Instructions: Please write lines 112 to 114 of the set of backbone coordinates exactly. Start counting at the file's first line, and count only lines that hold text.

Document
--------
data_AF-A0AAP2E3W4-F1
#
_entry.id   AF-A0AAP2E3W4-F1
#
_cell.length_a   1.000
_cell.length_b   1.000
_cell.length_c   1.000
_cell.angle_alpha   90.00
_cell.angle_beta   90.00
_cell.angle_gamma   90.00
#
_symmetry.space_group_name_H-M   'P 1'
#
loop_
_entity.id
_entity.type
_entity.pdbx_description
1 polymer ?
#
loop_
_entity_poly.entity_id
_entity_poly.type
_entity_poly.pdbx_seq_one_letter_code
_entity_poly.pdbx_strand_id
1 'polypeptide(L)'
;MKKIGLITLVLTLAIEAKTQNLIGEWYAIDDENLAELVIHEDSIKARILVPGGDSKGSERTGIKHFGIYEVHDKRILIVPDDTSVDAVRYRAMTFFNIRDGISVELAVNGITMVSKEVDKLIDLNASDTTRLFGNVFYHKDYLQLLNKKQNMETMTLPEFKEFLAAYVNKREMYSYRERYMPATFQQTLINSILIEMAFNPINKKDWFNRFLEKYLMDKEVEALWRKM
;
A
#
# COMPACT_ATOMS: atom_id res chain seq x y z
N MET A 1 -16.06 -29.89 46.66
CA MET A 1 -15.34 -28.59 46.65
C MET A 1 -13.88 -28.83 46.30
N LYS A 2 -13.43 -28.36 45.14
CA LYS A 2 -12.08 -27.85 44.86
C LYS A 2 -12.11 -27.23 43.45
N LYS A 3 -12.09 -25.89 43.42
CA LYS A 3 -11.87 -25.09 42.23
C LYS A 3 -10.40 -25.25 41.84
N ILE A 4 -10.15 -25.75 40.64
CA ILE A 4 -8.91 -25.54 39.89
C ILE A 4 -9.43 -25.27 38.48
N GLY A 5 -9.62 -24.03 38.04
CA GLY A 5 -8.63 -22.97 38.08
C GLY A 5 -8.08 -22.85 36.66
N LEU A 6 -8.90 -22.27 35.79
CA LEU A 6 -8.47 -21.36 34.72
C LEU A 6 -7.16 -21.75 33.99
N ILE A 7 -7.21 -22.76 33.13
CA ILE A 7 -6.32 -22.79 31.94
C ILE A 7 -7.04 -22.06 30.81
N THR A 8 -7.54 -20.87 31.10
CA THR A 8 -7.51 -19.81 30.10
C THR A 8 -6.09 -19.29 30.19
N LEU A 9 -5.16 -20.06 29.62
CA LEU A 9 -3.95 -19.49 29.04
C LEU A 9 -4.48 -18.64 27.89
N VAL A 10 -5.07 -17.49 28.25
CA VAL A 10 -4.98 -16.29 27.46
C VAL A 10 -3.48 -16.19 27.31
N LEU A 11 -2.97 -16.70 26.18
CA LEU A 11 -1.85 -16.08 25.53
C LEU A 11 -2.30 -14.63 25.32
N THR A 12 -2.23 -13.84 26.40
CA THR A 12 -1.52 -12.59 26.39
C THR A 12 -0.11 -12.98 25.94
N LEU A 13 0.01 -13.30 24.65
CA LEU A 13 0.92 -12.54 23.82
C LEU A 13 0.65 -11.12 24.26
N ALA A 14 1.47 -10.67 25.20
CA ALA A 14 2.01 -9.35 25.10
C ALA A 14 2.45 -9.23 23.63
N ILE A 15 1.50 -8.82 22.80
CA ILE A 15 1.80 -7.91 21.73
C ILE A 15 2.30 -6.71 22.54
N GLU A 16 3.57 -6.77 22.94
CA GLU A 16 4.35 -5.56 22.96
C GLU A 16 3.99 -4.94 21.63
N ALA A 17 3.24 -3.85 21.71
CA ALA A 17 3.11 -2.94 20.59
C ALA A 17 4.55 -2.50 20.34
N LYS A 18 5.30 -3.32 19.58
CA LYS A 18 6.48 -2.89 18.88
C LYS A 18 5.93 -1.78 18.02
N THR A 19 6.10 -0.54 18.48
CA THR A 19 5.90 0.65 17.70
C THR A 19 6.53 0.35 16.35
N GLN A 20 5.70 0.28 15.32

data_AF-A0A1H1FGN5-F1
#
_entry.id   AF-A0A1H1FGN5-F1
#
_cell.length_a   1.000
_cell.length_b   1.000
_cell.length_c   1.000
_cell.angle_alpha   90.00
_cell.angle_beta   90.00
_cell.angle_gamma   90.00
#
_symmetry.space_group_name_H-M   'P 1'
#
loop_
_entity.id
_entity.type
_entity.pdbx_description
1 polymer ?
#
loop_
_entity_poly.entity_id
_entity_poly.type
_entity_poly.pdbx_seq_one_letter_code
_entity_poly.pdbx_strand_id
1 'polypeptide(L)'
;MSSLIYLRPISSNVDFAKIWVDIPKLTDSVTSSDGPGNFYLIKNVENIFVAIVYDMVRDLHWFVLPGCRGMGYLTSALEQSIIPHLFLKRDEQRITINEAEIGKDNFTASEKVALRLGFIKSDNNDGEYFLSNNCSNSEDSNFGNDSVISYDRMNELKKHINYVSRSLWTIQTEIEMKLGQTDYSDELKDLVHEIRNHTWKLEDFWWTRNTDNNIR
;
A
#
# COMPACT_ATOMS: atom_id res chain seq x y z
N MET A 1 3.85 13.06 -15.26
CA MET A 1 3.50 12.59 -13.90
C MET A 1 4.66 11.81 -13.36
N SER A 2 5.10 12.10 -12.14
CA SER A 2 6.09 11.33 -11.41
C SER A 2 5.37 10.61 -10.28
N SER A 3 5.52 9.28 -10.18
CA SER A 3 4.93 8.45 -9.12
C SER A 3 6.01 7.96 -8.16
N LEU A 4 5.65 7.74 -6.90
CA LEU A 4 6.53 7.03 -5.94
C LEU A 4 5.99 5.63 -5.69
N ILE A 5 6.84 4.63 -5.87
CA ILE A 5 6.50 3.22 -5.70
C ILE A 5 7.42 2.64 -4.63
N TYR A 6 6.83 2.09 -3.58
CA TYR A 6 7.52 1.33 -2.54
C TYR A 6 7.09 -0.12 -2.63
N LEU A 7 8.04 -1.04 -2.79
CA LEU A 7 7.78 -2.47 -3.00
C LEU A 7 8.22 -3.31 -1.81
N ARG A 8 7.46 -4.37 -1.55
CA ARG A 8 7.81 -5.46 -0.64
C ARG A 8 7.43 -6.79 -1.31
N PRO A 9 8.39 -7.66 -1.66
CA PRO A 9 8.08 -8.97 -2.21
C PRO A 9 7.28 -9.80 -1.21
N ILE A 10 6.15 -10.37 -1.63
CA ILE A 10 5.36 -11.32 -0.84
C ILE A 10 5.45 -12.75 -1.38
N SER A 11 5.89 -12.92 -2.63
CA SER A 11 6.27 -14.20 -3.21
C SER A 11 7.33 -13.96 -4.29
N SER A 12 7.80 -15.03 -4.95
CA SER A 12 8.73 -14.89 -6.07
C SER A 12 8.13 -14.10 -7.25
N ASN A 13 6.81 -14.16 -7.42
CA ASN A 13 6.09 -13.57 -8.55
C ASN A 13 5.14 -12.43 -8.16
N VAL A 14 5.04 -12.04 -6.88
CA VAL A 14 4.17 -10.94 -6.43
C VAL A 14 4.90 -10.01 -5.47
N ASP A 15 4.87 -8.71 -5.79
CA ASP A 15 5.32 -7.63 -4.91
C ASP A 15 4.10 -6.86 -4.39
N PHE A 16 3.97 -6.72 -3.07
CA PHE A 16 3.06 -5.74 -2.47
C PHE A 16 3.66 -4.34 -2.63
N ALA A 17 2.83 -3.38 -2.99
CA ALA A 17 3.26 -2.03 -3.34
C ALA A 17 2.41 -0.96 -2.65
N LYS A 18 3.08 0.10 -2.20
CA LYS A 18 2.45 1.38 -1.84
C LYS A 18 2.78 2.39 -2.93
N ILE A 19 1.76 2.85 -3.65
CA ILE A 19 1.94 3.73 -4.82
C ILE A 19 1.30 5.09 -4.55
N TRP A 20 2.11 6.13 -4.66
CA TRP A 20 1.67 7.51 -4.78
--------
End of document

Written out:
_entity_poly.pdbx_strand_id
1 'polypeptide(L)'
;MSSLIYLRPISSNVDFAKIWVDIPKLTDSVTSSDGPGNFYLIKNVENIFVAIVYDMVRDLHWFVLPGCRGMGYLTSALEQSIIPHLFLKRDEQRITINEAEIGKDNFTASEKVALRLGFIKSDNNDGEYFLSNNCSNSEDSNFGNDSVISYDRMNELKKHINYVSRSLWTIQTEIEMKLGQTDYSDELKDLVHEIRNHTWKLEDFWWTRNTDNNIR